– Susie made sure it worked on the ground. She went round forcing people to work together.
– We chose Sagentia to do the build. They did a good job. M-Pesa was a good team in those days.. didn’t say that. The TEAM chose Sagentia.
– So I didn’t build it, the team did. It was my concept and original design, though.
– DFID money said KE and/or TZ. We couldn’t find right partners in TZ.. plus we liked entrepreneurial culture in KE. People were keen to work with us.
– It was matched funding. DFID money only helped (the) pilot. VF money funded the live service. VF invested a lot.
– VF own all the IP. They paid for it.
– There was a small pilot. Once proven, VF turned it into a commercial service
– SF extremely helpful, and KE a good environment for innovation. People willing to try new things and try to make business!
– No, but they were a good partner network. Very supportive. And you can’t do proper security without being in the network!
– We spent a lot of time in KE, talking to ordinary people (not big business). That’s where the idea came from
– I get annoyed when I see people who joined months/years l8r claiming they designed it!
– we talked as a team in a Nairobi bar. Came up with it, asked the barman (edit). He liked it, so it stuck. VF didn’t like the name. Not corporate enough. But Nick fought for it, and won.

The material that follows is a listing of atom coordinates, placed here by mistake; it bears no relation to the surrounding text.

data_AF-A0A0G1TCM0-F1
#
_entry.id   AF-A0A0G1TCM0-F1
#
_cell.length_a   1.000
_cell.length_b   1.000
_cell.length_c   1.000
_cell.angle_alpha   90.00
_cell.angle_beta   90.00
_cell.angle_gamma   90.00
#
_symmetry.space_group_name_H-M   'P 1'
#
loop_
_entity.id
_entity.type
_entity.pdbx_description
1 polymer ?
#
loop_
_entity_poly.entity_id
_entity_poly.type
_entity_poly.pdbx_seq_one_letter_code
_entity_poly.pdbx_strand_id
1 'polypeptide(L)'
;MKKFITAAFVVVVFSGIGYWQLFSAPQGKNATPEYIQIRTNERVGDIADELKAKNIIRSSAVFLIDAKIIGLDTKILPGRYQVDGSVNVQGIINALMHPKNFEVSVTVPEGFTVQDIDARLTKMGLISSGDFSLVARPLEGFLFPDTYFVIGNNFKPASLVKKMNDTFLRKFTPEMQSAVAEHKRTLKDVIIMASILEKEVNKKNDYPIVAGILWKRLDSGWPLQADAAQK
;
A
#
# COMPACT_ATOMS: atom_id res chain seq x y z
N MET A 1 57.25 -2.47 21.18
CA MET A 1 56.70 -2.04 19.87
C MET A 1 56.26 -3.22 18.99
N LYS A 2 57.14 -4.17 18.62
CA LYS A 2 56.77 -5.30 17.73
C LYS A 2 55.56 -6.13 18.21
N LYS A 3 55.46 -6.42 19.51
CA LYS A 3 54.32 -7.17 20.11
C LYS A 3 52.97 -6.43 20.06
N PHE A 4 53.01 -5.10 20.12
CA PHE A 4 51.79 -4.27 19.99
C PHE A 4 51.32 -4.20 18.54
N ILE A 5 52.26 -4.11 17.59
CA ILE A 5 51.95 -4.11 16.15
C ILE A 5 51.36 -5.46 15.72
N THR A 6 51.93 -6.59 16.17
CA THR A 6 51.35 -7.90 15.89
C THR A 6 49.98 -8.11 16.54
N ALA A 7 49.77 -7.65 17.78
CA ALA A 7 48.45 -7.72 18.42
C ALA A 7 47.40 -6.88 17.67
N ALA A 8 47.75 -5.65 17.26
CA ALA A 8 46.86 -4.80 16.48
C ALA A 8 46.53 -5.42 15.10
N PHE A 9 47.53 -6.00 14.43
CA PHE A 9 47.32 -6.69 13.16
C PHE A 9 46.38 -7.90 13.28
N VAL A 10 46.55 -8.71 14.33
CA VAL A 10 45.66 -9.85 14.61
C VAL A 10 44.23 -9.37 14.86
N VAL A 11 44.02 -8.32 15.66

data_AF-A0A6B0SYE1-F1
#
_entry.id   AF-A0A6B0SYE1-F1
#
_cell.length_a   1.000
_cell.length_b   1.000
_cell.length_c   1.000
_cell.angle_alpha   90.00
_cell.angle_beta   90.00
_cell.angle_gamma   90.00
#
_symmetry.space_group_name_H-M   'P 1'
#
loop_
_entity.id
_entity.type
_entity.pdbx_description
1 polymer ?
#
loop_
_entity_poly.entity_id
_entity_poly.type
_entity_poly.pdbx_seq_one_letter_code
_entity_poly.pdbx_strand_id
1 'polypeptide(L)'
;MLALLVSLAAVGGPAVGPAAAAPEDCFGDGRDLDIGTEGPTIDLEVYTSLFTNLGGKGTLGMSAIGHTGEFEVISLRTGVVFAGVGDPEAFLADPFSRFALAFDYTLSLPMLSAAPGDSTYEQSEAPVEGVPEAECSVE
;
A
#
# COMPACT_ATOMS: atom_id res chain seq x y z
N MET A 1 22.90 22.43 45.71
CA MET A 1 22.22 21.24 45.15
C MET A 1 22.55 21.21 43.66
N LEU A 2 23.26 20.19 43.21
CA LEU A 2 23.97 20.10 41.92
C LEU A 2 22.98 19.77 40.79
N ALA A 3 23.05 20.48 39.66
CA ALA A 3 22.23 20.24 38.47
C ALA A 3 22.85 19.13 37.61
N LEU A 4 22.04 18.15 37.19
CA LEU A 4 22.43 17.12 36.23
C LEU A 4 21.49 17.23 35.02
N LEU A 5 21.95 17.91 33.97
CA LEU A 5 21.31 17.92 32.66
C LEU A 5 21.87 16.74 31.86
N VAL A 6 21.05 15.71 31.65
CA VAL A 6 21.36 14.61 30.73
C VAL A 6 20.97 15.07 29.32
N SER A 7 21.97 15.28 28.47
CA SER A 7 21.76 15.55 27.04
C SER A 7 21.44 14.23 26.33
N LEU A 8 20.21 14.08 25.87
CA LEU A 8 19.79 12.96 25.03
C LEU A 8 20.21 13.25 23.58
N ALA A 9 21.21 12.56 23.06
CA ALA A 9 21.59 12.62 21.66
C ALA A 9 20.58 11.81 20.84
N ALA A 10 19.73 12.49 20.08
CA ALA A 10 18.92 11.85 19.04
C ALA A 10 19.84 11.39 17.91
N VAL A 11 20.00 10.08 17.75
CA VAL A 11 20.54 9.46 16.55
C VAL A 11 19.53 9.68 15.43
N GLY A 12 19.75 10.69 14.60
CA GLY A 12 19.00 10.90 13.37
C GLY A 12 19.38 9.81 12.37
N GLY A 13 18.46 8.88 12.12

– Wouldn’t have happened without him. He made sure SF worked with us, and worked with Nick to get it through VF
– There were the agents, who worked very hard. Without agents, M-Pesa is nothing.
– Lots of people came out of the woodwork, trying to claim it. Not good.
What’s Else is Known?
The 2008 Safaricom IPO prospectus noted that; 
All intellectual property rights in M-PESA belongs to Vodafone and are licensed to Safaricom under a trademark license agreement…Vodafone shall provide the managed services to Safaricom and shall authorize Safaricom to operate the M-PESA service in Kenya. Safaricom shall market and offer the M-PESA service to prospective customers, agents and merchants in Kenya and will be responsible for all associated end user-facing activities …
When (then CEO) Michael Joseph spoke at the iHub in 2010 he said this about M-Pesa;
…Vodafone won £1 million DFID (UK) award for deepeneing financial penetration for the unbanked, which they also had to match financially – and they were to develop a system for the disbursement and repayment of microfinance loans. They tested in Thika for 6 months and realized that it had more potential as a money transfer tool, and they launched M-pesa in March 2007… also that big multinational banks who had shut down rural branches abandoning their customer opposed m-pesa and fought in government & parliament and would have succeeded till he persuaded acting finance minister John Michuki to green light M-pesa.
Other attributes on the origin and prevalence of M-Pesa in Kenya include:
– Different groups of Kenyans who say they invented M-Pesa.
 -There’s a lawsuit hanging over M-Pesa
– The agent network or the branding as the reason for its success.